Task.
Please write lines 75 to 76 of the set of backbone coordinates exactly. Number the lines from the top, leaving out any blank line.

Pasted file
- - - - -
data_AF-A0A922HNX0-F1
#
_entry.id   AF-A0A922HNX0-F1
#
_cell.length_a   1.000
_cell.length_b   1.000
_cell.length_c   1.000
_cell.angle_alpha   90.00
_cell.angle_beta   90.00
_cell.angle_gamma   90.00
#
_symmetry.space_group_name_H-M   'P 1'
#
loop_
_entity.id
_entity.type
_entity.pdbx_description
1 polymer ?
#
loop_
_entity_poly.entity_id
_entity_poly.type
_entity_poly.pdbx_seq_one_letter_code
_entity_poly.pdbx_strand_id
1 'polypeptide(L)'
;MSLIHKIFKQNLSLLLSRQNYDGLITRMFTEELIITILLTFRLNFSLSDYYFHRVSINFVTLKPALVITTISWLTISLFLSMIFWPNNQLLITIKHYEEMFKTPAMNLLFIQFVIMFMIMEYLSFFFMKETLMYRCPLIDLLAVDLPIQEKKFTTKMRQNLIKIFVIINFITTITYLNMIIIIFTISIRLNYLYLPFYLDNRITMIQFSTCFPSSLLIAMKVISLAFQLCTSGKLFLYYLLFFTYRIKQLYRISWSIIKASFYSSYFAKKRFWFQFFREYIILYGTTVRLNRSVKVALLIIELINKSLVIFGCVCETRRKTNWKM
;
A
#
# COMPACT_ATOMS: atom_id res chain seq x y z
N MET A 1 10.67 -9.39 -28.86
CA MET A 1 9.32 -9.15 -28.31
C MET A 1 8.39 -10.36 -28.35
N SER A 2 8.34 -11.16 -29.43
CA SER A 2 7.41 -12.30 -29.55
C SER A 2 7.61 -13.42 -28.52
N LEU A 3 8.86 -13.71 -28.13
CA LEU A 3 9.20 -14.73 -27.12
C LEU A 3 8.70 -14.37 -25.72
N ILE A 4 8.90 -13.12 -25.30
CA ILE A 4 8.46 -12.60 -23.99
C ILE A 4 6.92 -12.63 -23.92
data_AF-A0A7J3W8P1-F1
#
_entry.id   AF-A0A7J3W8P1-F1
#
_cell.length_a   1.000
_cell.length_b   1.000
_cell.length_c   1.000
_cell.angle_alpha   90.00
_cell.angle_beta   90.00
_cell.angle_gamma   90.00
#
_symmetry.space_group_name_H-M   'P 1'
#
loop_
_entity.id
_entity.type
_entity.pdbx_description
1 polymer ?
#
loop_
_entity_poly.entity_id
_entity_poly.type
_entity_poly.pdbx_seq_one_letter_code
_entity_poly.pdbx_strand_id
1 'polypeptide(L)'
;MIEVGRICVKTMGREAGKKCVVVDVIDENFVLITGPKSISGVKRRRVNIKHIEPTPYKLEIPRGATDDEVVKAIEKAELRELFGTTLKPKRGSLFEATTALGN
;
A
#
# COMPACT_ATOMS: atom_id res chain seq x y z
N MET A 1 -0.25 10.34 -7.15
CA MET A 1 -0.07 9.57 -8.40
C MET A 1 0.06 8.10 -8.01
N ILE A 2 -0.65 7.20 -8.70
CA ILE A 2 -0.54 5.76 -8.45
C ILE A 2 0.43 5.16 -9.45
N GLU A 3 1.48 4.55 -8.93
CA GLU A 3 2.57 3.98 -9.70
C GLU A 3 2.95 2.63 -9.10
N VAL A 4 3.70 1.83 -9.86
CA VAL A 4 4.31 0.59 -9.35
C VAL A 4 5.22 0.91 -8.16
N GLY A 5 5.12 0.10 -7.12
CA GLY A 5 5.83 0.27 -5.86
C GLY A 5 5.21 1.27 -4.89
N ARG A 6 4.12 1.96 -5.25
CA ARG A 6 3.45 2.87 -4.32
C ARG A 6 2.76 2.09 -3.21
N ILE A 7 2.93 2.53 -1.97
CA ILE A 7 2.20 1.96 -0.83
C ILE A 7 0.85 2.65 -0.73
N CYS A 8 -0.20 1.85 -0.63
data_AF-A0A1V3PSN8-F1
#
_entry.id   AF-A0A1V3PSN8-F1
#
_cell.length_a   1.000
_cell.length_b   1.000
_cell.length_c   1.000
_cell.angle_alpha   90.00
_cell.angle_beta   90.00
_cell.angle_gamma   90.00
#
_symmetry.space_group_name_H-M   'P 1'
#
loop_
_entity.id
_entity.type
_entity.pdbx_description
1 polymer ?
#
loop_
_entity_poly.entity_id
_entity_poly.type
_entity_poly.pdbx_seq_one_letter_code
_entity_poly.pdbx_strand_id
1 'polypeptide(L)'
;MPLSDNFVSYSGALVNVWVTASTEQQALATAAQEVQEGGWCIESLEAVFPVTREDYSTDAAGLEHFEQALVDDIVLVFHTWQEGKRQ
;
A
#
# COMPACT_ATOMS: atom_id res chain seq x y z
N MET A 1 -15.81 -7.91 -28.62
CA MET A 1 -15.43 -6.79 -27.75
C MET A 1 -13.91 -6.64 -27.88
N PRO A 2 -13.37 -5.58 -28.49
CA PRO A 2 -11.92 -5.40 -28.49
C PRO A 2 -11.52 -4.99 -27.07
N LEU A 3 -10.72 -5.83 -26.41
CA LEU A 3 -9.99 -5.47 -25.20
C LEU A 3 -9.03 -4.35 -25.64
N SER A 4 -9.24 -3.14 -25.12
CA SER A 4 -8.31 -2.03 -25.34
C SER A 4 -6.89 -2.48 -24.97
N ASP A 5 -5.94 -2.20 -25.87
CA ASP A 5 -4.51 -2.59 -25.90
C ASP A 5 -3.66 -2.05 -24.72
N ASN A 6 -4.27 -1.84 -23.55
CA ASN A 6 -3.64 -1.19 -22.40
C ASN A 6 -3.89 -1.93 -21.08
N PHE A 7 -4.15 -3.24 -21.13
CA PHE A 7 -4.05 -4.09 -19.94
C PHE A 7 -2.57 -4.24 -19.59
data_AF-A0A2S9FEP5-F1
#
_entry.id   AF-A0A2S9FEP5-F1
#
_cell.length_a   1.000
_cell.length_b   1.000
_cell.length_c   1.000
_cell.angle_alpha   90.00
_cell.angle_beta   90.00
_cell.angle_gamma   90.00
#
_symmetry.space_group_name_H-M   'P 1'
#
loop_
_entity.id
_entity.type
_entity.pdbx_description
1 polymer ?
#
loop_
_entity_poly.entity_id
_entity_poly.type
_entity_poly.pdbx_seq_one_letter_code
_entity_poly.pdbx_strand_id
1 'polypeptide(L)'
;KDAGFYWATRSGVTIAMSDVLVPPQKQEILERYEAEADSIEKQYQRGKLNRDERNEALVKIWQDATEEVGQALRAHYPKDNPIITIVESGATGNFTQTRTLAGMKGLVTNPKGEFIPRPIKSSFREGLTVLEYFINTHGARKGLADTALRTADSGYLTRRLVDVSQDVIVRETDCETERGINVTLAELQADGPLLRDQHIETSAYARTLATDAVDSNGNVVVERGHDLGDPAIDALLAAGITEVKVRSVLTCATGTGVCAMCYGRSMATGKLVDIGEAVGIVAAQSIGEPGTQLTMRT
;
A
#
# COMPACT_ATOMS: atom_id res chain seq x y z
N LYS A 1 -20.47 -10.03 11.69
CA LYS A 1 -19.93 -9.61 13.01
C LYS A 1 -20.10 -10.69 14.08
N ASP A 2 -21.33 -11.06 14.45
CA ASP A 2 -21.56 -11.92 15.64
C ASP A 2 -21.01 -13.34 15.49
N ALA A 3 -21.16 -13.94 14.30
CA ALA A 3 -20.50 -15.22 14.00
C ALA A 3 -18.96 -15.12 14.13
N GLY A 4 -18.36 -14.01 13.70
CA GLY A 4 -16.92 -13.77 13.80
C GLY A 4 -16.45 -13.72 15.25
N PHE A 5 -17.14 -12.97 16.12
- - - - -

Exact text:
C MET A 1 0.06 8.10 -8.01
N ILE A 2 -0.65 7.20 -8.70